Son, what is this?

My father sent me a support email: all of a sudden he couldn’t log into his account for the newspaper he reads. The error message he read was not Greek to him, because he speaks Greek fluently. It was in some other language. It resembled Dutch, which he speaks fluently as well, he knew the words, he just didn’t understand what they mean. Here’s a translation:

Oops, something went wrong
If your browser uses plugins that block functionalities then you must add an exception rule for the domain gigya.com. This is our identity provider which is necessary for a working login.

From a service design perspective, and from an inclusive design point of view, this is not the best way to design this message, of course. How can you expect a non-computer-expert to understand what this means? From a simple security perspective you could wonder why you should allow an unknown domain to access your private data. I have taught my father about phishing emails: Do not click on links that look fishy. Indeed, this looks fishy. There are many ways in which this message is unnecessary and it helps no end user. But I don’t believe this is a design problem per se. I’d like to put it in context of the technology of the web, because I believe that’s where the problem comes from.

The web is for everyone by design. Paradoxically this means that it is inclusive by design, but at the same time it excludes people. Theoretically when you are a true expert in the fields of web technologies, screen UX, inclusive design, and when you have a deep understanding of different people and their different contexts, you should be able to create something that works for everybody. I don’t believe these experts exist, at least not in one person.

But the fact that the web is for everyone also means that everyone is allowed to publish on it, not only true uomini universali. Also non-experts are allowed to publish stuff. Which is of course a fantastic thing. But it also means that non-experts are allowed to implement things like an identity provider script.

I think this error message is not designed, I think it is an architectural flaw, based on a lack of understanding of the complexity of the browser and a lack of understanding of the complexity of the users of the web. The question the technical staff at this newspaper forgot to ask is: Is it really a good idea to depend on a third party script to serve critical functionality to our users? It would be defendable to depend on a third party service in your server architecture, but not in the client, in the browser, probably the weirdest and most chaotic technical environment ever. As a business owner I would get pretty annoyed with my technical team for breaking the site in such a silly and unnecessary way.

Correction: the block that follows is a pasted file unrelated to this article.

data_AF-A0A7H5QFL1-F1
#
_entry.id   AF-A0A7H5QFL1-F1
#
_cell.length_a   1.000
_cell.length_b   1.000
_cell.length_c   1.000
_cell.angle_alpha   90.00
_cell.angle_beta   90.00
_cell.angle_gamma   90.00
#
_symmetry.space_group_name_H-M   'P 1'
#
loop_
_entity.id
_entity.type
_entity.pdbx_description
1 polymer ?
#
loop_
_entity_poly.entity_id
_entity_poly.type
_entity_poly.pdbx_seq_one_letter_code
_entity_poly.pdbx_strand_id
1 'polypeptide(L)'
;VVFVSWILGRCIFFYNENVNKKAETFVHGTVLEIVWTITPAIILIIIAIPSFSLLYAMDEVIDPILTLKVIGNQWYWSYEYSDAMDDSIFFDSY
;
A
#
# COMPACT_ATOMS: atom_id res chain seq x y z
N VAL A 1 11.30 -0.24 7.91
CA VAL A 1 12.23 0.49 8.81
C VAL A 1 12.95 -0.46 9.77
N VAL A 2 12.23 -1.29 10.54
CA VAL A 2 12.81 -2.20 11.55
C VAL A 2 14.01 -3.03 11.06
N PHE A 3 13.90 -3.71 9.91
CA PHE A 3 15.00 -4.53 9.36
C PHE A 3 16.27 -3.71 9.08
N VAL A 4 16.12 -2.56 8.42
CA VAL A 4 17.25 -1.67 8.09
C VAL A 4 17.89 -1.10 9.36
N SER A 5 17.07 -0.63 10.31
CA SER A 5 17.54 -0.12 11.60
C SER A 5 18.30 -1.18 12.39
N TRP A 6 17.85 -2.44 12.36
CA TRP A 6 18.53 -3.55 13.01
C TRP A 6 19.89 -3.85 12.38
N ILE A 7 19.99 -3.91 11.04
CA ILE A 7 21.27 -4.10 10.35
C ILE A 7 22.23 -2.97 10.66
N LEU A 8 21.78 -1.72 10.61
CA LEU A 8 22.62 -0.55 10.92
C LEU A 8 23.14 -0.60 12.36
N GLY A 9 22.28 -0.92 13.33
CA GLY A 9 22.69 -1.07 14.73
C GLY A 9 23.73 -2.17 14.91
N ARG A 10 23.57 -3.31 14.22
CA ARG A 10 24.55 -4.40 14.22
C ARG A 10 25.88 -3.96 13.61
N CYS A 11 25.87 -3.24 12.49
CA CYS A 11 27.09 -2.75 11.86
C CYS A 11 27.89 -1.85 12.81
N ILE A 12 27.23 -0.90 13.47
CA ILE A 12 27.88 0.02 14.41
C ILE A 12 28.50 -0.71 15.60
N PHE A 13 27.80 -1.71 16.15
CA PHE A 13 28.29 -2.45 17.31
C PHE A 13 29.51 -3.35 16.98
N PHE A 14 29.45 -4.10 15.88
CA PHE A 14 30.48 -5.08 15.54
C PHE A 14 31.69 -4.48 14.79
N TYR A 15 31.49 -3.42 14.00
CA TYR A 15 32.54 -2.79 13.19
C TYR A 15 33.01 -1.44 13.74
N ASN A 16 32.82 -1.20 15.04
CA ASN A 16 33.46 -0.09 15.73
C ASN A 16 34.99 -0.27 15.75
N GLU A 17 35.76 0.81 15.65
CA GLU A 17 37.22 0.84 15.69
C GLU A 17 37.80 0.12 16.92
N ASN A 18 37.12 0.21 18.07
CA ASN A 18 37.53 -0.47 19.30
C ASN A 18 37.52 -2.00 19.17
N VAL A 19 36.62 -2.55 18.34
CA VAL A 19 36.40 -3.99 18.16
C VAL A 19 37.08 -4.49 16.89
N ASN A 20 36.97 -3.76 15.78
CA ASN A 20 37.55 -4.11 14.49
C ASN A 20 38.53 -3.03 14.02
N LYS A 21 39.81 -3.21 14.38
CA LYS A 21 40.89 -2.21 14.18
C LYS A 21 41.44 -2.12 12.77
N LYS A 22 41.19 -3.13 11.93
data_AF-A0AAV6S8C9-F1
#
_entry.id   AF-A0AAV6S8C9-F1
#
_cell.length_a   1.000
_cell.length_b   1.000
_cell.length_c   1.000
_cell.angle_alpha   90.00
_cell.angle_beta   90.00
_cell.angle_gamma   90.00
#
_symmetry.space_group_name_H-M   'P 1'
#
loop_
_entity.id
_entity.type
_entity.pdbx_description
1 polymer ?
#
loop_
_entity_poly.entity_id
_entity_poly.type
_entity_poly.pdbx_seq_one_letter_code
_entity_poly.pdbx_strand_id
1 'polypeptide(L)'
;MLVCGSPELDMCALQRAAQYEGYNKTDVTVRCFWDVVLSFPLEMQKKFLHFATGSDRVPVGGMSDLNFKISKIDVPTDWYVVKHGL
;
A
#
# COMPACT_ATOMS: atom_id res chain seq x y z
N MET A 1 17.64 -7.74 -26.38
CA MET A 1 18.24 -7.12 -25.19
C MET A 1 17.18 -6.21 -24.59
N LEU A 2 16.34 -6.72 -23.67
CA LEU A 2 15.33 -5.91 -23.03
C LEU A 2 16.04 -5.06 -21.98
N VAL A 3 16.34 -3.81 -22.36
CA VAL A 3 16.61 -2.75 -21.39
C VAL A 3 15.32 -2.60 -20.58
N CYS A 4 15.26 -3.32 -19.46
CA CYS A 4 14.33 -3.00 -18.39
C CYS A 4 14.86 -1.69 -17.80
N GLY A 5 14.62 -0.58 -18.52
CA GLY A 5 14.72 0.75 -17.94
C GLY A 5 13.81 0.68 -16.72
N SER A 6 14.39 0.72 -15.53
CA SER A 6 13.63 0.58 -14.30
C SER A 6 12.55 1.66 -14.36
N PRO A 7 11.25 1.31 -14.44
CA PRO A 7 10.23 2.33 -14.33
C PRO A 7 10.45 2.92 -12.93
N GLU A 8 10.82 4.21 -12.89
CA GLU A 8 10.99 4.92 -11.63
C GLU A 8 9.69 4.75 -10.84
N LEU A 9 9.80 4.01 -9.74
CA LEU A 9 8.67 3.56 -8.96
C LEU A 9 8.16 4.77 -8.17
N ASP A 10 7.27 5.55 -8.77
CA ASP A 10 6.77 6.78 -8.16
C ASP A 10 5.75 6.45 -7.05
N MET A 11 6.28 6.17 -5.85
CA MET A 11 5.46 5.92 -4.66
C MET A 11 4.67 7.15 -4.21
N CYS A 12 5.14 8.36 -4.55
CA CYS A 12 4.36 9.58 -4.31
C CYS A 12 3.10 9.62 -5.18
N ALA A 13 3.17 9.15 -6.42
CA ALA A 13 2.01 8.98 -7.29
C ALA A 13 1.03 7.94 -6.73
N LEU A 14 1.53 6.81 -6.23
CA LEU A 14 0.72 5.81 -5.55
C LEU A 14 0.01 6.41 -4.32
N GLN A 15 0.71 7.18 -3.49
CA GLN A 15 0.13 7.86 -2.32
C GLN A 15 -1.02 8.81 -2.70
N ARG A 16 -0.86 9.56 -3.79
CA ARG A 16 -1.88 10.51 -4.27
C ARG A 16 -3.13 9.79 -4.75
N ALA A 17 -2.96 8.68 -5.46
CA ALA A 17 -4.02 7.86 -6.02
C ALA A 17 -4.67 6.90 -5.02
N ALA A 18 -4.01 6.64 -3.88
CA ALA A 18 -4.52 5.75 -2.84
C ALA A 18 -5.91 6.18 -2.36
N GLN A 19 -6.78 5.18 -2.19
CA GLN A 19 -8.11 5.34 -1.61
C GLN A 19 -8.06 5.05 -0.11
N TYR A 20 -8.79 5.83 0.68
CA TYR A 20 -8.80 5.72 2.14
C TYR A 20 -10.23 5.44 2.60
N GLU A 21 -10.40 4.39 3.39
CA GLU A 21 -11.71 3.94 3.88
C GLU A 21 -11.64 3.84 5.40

The big problem I have with these kinds of technical choices is that they work counter to the principle that the web should be there for everyone. They put technical ease above ease of use and security. These kinds of technical implementations make the web less inclusive. They exclude people who don’t understand what the error message above means. They exclude people who use basic security hygiene, like virus scanners and ad blockers.

So please, technical teams: do not create core functionality that depends on third party scripts in the browser. If you really must, use the server for this. This saves me the time of having to try to explain a cryptical error message to my father. It saves me the time of getting into a silly twitter quarrel with good friends. It saves me the time of having to write this blog post. And it allowes my father to simply read the news instead of worrying if maybe he did something wrong.

Update: the newspaper contacted me and informed me that in the not too distant future this will be solved. There’s a new version of our OIDC platform that keeps working with such plugins and even works without javascript. That’s good news. For now I solved this issue for my father by disabling his ad blocker, which is of course an unwanted situation.